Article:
Of course, they righteously claim on the one hand that such fees are for activities and not tuition and on the other speak about the importance of a wide curriculum that involves the very same activities. The funding advantage of high decile schools over low decile schools is a very serious attack on the principles of equity and in these practices lie some explanations for the continued stubbornness of some of the statistics of disengagement and student achievement.

If it is appropriate for communities to fund education through direct contributions (school fees / contributions etc) as well as through indirect contribution (income tax) then some level of equitable funding across all schools should be achieved even if it calls for a lowering of the level of funding for high decile schools.

We spend as a country quite enough on education. The issue is not the quantum of funding but rather the use to which it is put.

And have we achieved an education system that is “free”? Not on your life and that is without mentioning post-secondary education – I shall take that up on Thursday!

 

“…For the loser now will be later to win…”

Just back from Australia and it is interesting how such a visit brings perspective to issues and topics of interest.

I have been feeling for some time now that things are about to change, especially in the Anglo-Saxon countries which for 50 years have by and large got a lot wrong in education.

Three connected themes are emerging:

·         earlier access to quality career and technical education which brings about improvements in educational outcomes;

 ·         the questioning of the absolute dominance of the university-bound “academic” pathway both for its appropriateness for many students and for its insatiable appetite to absorb funding;

 ·         the need for reconsideration of current sector organization models of the education systems which are increasingly seen as a troubling block to lifting achievement.

Each of the Anglo-Saxon educations systems is now seeing an increase in the numbers of students gaining earlier access to career and technical education. The pathways schools in Canada, the university technical colleges in the UK, many academy / charter schools in the USA, initiatives in Australia and, of course, the youth guarantee stable of secondary/tertiary programmes in New Zealand are each examples of how the integration of sound and continuing academic preparation can not only be combined with but is in fact enhanced by a closer focus on postsecondary qualifications in career and technical areas at a younger age.

The Anglo-Saxons simply have to come clean – the experiment of comprehensive high schools proved to be neither comprehensive nor very successful. The result was a set of educational and employment outcomes that were inferior to those achieved by the schools they replaced. I think I want to reject the view that the development of the comprehensive high schools were essentially based on snobbery – Germany had a dual system of both academic and technical tracks, we beat them in the war, so the American Dream was born – college for all, equity of access to top universities and so on. Well it never happened. Schools lost their variety, pathways disappeared and the so-called academic university-bound track became dominant. Good for those it suited and always had, disastrous for the rest.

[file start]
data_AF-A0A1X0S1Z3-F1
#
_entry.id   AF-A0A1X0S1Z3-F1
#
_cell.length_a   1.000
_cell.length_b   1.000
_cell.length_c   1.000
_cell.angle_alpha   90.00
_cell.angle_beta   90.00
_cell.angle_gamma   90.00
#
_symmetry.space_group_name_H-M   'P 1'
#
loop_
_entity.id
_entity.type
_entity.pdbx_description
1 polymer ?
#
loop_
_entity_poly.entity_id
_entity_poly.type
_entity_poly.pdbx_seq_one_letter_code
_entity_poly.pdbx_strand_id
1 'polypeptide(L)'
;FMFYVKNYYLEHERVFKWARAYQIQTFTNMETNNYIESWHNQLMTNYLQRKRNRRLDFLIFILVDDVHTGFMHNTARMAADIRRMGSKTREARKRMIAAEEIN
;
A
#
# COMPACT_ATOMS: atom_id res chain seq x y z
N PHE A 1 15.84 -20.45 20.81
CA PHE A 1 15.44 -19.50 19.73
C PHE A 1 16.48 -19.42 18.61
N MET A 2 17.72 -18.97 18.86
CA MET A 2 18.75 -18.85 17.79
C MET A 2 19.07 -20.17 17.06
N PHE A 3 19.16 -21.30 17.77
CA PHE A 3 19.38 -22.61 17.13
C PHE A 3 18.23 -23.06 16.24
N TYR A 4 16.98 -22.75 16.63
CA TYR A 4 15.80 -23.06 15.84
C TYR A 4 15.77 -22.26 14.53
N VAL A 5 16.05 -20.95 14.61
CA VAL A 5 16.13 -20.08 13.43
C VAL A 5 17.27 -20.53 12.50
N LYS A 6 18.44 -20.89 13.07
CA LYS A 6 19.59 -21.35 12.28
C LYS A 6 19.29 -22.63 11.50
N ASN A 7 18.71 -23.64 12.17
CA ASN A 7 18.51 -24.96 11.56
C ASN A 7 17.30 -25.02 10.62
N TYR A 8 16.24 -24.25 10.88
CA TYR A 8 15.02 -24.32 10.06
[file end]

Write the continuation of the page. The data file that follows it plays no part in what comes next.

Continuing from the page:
But it is not simply a return to what used to be offered to students in a diverse set of schooling options – academic, general, technical, commercial and other tracks which defined outcomes at the outset of secondary education. The new and refreshed approach is one of multiple pathways that are both academic and vocational, which have flexibility, which provide a clear direction with different people delivering programmes in different places and with multiple purposes for learning. So talking the old industrial arts facilities and programmes and organisation out of mothballs won’t be sufficient.

This development in no way undervalues the university-bound pathway – this pathway is also both academic and vocational for many. There is though likely to be a competition for resources as the performance of the education system encourages funders to see that a more equitable spread of funding is a good and necessary investment. This emerged a little in Australia last week. In working to “real identifiable work” the schools will be required to find a new level of flexibility.

“Our kids need to know trades and training are first class career options just like university – they shouldn’t be made to feel like they’re playing on the ‘B Team’ “ says Aussie Federal Asst Minister for Education Sussan Ley. She also sees the need for schools to be more flexible in programme delivery allowing for “real work experience” – the challenge as to what constitutes “being at school” and the “school day” are in the wings and yet to come.

That leads to the third issue – the challenges to the sector organization of schooling. The Catholic education system in Australia is getting ready to shift Year 7 (the equivalent of our Year 8) up to secondary schools in order to provide for a transition that comes at a better spot in the students’ pathway, allowing for a more coherent “junior” high school and therefore opening the way for increased flexibility in the “senior” secondary school.

It is still my view that New Zealand should be seriously discussing the benefits and issues of placing the senior high school (i.e. Years 11-13) into the tertiary sector – now there’s a big topic. Such a shift would allow New Zealand to consider the features of education systems that we admire and give to them a New Zealand flavor.

Are the times a’changin’? If they are then lets hope for more than hugs and bean bags this time round.